Eugene Cho

in memory of brenden foster

While being away in the East Coast last weekend, I did not receive the news of Brenden Foster’s passing last Friday, November 21, 2008 until this morning.  Brenden is the 11 year old boy from Seattle diagnosed with leukemia three years ago who stirred a movement of compassion and genersosity.  On a recent trip from his doctor, he passed the homeless community called Nickelsville and his last wish was to help feed the homeless.  It’s an amazing and beautiful story.

Like many others, I’m moved, compelled, and deeply encouraged by the short but significant life of Brenden.  His life is an encouragement – simply – as a reminder that one person really can make a difference.  And even more so, he isn’t alone.  We are not alone.  There are many people seeking to be agents of hope, compassion, and generosity.

The stuff below didn’t make the news and we don’t do it for the purposes of making news Read the rest of this entry »

Filed under: family, health, religion, , , ,

nickelsville and the homeless: the complexity of an issue and the simplicity of human dignity

Update:  On Wednesday, October 8, eight homeless men and two others representing Nickelsville met with one of our pastors and inquired about using our church parking for their “home” for the next couple months.  They needed to find a new home by Noon, October 10. Logistically, months would have been difficult but the Elder Board had a good conversation and was open to welcoming them to Quest for several weeks but the day before they had to “relocate,” a church in the University District with a much larger parking space opened the doors for them for the duration of the year.  Certainly an answer to prayer for them and another reminder to us how we can “be the church” in the coming years.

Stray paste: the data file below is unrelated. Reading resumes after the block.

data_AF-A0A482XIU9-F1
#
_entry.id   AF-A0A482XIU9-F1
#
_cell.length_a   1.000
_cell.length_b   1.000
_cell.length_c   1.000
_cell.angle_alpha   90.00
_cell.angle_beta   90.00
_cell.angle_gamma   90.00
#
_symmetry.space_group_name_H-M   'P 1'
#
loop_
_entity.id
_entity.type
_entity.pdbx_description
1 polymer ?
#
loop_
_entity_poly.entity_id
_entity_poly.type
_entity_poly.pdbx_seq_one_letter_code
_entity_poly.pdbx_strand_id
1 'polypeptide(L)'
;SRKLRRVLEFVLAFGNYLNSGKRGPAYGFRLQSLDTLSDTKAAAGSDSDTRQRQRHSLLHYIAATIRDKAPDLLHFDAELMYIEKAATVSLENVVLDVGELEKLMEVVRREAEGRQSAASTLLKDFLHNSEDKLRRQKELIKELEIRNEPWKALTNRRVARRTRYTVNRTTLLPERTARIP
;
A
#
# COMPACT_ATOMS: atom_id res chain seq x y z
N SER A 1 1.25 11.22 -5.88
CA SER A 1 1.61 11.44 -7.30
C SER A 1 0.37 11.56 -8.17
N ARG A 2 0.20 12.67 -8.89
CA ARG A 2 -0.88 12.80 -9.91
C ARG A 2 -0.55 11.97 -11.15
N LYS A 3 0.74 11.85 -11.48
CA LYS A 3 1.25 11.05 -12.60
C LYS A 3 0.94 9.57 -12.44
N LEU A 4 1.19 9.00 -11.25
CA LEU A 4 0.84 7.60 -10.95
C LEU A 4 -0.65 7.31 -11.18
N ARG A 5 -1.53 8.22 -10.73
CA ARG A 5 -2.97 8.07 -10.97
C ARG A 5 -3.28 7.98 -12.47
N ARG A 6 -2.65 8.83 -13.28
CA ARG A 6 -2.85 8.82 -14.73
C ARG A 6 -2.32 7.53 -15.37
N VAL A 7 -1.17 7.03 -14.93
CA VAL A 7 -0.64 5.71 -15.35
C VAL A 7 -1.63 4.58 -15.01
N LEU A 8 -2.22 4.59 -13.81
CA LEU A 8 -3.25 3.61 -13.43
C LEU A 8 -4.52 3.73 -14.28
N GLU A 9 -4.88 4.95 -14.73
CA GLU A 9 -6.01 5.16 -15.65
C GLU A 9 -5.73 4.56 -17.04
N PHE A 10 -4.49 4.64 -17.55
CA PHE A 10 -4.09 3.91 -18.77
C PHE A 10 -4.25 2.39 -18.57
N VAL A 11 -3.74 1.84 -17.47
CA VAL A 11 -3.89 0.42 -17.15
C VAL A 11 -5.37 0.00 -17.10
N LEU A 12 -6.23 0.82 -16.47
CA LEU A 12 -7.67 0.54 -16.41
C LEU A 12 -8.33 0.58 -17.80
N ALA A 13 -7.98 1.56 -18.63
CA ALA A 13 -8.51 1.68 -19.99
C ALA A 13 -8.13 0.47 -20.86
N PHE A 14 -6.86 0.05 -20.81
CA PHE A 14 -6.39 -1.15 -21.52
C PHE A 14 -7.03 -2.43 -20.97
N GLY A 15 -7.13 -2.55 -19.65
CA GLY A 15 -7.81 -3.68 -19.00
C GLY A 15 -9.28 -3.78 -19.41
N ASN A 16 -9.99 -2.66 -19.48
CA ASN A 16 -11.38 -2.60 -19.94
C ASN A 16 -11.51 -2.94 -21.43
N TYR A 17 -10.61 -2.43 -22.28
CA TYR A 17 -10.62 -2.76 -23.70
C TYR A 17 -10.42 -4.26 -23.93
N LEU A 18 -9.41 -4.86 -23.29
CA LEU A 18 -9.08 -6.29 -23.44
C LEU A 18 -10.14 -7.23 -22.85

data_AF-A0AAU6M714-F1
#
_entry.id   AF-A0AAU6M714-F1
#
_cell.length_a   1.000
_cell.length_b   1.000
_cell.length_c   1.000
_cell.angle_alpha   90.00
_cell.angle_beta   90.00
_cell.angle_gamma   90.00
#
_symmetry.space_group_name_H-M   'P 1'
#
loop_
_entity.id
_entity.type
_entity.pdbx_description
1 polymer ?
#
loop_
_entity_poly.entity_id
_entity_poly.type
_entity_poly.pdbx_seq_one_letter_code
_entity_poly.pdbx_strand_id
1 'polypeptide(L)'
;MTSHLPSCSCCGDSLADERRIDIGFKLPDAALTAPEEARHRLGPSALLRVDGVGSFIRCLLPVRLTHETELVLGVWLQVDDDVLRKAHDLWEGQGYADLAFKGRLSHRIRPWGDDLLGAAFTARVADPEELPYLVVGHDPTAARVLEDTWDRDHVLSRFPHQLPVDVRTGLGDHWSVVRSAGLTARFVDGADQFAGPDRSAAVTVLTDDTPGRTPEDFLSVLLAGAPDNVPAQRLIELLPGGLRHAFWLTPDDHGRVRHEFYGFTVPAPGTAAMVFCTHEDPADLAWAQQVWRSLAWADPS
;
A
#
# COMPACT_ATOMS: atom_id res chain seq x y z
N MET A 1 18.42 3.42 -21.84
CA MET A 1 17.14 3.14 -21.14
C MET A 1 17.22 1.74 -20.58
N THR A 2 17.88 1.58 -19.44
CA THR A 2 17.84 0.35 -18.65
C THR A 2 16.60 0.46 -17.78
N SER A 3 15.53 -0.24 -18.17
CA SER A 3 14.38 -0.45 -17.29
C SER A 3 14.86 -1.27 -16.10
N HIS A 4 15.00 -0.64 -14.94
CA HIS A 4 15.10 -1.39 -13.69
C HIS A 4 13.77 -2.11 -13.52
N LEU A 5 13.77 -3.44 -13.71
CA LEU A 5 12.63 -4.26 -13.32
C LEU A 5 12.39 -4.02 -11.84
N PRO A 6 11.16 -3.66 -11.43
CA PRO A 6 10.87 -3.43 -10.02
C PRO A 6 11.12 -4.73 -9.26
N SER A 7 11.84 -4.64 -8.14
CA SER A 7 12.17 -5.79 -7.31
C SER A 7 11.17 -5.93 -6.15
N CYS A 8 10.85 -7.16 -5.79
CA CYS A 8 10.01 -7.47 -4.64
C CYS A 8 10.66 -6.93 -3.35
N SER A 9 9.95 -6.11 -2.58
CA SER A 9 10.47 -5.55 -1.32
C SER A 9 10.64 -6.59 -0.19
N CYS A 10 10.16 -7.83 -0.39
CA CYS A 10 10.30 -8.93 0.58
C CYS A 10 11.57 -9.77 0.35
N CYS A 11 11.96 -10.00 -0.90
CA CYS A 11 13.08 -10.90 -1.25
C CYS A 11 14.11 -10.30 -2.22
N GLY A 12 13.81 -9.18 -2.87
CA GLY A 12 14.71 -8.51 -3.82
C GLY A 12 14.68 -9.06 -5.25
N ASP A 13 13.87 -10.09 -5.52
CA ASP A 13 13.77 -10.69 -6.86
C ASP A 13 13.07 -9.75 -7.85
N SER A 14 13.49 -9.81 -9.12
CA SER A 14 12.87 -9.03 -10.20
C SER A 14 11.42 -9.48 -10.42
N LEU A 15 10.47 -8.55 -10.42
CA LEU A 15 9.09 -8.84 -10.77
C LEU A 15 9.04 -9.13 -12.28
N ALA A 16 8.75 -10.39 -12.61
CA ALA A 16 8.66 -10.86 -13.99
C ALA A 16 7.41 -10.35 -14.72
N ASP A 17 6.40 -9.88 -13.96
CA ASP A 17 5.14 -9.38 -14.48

The “homeless” is a broad word.  I don’t want to pretend I am an expert but in the 8+ years at Quest and Q Cafe, we have met and heard from hundreds and hundreds of the homeless community which gave birth to the church’s To The Streets ministry which is still going strong.  In short, homelessness is indeed very complex but like many issues, we tend to forget that there are people – human beings – beneath the issues.  Like you, they go hungry, cold, lonely, afraid…and there are some who genuinely want to get off the streets.  Beyond just compassion, they need dignity and advocates…

This past Sunday, I had a friend – Dustin Cross – join us at Quest and share his brief story in working with an intense hot political civic issue with the homeless community known by many in Seattle as Nickelsville. His commitment and advocacy for the homeless led him [and numerous others] to jail last week.    Read the rest of this entry »

Filed under: religion, ,

stuff, connect, info

one day’s wages | video

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The Western Wall in Old City of Jerusalem (aka The Wailing Wall) - from the Second Jewish Temple.